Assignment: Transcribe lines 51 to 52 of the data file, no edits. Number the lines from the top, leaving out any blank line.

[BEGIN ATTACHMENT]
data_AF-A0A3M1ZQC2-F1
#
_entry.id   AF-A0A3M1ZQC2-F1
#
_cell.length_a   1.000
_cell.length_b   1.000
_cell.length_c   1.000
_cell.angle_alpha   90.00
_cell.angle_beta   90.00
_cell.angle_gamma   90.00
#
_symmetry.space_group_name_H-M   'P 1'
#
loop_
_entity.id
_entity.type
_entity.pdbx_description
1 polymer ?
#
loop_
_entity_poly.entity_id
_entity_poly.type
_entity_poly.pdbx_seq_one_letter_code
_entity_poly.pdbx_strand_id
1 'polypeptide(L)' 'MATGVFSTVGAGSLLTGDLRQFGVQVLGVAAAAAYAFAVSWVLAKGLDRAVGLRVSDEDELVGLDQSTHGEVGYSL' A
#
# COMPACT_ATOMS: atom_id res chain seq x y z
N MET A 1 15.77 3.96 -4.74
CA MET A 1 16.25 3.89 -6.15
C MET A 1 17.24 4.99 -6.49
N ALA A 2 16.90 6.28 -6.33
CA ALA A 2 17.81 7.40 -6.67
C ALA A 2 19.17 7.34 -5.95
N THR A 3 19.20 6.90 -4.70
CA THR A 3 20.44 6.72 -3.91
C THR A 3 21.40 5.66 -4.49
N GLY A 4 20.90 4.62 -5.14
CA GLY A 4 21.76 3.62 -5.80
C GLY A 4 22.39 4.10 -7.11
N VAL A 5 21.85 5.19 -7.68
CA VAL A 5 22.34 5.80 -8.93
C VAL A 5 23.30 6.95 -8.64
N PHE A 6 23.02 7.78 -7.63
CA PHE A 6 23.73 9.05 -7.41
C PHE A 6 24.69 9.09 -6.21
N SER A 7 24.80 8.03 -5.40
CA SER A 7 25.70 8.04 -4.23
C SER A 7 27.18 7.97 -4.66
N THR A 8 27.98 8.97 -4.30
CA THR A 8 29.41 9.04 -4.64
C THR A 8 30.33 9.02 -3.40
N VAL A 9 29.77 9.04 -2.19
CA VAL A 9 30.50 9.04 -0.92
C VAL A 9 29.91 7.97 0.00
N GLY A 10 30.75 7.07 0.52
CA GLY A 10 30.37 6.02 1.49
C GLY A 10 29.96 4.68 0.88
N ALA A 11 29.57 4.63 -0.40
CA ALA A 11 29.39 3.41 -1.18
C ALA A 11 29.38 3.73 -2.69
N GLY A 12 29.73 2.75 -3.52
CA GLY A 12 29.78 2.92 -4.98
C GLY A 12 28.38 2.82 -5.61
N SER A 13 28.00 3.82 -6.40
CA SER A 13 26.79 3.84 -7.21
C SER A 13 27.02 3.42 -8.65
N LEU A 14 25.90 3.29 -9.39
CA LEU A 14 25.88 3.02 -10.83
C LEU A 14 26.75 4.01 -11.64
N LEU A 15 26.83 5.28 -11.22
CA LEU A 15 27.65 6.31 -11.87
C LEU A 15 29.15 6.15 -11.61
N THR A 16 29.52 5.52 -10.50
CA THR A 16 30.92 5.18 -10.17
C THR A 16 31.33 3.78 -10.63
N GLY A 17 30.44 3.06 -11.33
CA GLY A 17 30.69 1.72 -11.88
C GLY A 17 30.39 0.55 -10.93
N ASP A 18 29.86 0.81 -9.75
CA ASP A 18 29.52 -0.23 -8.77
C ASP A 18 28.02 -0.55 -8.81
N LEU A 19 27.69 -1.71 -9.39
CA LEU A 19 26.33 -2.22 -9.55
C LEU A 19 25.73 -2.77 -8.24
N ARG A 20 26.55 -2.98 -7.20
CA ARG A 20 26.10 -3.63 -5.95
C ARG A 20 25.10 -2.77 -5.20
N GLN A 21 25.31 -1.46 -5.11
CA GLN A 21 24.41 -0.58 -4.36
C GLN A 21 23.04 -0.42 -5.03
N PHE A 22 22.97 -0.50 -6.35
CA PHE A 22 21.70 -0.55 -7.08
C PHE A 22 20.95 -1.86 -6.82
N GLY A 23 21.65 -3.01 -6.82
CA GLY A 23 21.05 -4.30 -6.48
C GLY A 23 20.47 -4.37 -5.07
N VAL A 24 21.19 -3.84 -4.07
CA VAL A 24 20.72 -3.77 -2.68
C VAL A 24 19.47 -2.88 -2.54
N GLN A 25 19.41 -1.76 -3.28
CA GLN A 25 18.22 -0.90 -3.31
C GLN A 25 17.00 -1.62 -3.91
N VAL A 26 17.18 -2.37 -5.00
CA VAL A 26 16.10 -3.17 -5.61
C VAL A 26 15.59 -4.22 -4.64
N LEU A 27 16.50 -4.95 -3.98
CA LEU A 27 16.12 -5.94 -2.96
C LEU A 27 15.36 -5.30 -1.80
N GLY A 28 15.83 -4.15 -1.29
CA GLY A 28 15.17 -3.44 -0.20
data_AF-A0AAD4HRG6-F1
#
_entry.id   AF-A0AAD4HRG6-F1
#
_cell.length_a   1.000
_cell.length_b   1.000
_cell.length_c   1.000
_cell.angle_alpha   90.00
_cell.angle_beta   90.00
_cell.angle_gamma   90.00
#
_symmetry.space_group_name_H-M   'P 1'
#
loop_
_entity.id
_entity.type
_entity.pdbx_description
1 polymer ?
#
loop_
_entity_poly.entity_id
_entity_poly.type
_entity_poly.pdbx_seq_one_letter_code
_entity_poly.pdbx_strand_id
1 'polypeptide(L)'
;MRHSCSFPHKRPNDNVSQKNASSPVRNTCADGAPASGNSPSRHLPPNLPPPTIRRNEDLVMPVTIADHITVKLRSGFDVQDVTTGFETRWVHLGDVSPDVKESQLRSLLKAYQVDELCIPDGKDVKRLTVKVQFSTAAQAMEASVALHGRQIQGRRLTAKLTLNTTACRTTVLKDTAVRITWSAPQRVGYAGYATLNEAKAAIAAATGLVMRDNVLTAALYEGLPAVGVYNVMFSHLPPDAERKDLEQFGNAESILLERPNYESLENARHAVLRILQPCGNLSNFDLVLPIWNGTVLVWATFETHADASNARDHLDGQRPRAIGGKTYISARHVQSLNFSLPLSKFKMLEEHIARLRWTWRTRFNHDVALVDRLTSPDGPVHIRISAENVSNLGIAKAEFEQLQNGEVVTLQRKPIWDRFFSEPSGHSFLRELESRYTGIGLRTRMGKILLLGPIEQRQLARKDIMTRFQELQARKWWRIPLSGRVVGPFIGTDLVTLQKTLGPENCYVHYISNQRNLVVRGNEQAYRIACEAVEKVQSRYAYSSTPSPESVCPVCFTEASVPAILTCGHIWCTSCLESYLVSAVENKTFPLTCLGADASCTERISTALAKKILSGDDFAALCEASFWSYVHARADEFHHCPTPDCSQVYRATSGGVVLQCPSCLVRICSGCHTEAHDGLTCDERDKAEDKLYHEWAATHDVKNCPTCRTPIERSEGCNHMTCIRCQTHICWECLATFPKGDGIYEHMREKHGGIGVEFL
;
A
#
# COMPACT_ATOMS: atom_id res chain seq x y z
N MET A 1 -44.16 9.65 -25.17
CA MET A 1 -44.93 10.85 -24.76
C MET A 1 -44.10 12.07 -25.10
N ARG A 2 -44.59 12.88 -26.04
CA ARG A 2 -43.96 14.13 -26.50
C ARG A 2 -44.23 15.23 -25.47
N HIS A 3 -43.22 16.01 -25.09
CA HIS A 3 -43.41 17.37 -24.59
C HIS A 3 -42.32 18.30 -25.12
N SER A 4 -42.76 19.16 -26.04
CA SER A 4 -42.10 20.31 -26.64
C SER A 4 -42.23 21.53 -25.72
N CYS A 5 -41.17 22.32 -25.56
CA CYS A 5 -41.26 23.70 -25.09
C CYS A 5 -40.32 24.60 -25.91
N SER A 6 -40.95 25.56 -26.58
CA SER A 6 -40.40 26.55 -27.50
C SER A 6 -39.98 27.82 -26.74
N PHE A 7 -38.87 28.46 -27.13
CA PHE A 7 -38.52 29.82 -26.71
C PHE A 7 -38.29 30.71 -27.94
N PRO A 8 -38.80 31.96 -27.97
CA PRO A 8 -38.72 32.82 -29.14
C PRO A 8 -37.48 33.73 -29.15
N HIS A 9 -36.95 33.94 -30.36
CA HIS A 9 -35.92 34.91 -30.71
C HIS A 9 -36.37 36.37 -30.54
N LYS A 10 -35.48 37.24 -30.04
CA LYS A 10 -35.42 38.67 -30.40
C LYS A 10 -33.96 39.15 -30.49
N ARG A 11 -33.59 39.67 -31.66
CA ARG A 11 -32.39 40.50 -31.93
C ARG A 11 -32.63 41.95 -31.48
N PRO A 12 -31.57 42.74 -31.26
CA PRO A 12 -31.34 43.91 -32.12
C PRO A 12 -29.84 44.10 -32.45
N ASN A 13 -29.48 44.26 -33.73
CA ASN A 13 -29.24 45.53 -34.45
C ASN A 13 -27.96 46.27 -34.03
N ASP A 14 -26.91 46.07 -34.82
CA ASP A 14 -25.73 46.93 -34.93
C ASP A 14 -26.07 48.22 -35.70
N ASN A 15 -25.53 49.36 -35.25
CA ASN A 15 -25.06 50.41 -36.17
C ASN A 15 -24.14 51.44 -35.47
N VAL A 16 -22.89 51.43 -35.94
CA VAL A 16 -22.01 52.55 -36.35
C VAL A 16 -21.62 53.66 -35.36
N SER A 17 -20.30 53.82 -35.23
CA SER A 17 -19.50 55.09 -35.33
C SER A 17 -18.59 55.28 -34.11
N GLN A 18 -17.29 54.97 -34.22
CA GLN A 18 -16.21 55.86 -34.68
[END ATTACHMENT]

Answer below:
C THR A 8 30.33 9.02 -3.40
N VAL A 9 29.77 9.04 -2.19